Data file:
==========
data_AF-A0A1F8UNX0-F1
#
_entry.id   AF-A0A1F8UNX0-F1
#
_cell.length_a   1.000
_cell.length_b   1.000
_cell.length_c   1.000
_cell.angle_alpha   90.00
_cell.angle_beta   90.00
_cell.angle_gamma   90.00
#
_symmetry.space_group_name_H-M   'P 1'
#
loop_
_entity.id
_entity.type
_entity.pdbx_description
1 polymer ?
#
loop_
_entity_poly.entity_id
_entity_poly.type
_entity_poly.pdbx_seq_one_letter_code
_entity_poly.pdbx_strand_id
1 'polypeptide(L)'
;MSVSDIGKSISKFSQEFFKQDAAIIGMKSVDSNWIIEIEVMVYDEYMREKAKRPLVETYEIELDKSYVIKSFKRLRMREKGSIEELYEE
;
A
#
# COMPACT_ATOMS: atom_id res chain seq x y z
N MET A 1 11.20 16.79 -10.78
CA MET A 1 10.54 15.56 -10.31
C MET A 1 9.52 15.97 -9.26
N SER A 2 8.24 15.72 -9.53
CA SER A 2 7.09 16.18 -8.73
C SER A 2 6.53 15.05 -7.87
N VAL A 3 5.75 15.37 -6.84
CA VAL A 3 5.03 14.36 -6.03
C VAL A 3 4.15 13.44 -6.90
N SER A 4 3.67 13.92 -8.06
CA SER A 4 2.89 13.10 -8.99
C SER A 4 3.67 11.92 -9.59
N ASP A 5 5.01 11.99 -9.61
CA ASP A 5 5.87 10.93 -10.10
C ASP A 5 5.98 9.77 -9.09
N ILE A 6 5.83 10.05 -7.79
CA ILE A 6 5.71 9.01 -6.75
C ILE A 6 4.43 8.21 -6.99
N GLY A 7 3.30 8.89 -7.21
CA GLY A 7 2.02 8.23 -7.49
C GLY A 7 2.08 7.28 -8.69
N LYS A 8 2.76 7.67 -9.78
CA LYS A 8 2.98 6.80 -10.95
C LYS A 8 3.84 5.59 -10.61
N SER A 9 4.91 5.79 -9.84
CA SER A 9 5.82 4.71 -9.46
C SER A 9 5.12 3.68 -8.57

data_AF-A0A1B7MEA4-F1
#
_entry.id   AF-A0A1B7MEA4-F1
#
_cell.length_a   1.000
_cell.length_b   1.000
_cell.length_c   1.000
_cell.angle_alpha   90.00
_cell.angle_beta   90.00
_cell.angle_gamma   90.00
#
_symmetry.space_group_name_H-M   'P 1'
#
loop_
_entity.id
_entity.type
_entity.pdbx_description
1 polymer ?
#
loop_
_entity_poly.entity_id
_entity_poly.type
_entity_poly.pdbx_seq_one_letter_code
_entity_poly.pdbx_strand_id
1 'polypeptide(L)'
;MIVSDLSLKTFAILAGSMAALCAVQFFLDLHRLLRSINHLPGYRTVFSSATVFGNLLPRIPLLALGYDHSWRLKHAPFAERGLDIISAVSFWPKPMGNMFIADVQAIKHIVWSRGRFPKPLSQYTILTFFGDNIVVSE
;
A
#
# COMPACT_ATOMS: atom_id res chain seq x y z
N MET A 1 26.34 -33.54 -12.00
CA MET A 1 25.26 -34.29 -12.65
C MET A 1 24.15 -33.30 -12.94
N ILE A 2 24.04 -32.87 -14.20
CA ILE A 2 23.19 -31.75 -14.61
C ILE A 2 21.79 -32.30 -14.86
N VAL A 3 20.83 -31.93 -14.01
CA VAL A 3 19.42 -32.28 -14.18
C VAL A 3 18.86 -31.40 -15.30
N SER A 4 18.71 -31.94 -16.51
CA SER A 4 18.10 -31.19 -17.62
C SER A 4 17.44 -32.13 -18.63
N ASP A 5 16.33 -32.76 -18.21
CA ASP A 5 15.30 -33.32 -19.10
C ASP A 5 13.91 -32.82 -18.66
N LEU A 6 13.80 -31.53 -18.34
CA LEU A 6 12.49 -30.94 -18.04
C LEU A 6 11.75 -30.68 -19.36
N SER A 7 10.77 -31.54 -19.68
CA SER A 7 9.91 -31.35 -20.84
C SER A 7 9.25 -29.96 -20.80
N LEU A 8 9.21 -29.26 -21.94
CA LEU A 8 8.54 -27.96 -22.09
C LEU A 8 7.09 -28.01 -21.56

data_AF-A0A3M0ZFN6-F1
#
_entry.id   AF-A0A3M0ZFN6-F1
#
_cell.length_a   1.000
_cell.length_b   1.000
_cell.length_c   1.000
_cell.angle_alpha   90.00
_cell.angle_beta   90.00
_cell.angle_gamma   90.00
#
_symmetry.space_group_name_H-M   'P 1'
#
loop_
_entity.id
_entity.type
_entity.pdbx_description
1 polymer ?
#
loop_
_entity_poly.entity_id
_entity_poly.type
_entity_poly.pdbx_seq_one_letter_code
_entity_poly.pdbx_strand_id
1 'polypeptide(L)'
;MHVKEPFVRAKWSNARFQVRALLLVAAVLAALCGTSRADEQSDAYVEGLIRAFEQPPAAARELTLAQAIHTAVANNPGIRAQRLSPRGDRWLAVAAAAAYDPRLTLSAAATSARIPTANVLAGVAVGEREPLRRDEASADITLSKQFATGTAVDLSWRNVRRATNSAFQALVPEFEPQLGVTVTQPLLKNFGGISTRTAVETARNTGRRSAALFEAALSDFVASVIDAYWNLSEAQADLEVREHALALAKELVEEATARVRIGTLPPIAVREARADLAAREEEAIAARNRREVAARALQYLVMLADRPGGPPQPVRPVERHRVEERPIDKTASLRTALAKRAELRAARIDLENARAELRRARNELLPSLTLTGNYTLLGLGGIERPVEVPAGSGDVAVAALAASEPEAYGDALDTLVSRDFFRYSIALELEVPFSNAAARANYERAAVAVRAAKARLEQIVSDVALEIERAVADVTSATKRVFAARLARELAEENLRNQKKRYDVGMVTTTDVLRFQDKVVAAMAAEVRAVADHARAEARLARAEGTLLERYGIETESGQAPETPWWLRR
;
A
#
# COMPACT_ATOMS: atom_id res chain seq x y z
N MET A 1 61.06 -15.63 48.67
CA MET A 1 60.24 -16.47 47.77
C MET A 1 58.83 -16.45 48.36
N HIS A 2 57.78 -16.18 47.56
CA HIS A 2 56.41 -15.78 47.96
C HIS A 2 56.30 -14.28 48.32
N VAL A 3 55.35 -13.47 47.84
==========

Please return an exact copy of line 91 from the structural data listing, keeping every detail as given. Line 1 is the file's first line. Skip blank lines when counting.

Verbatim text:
N ILE A 2 24.04 -32.87 -14.20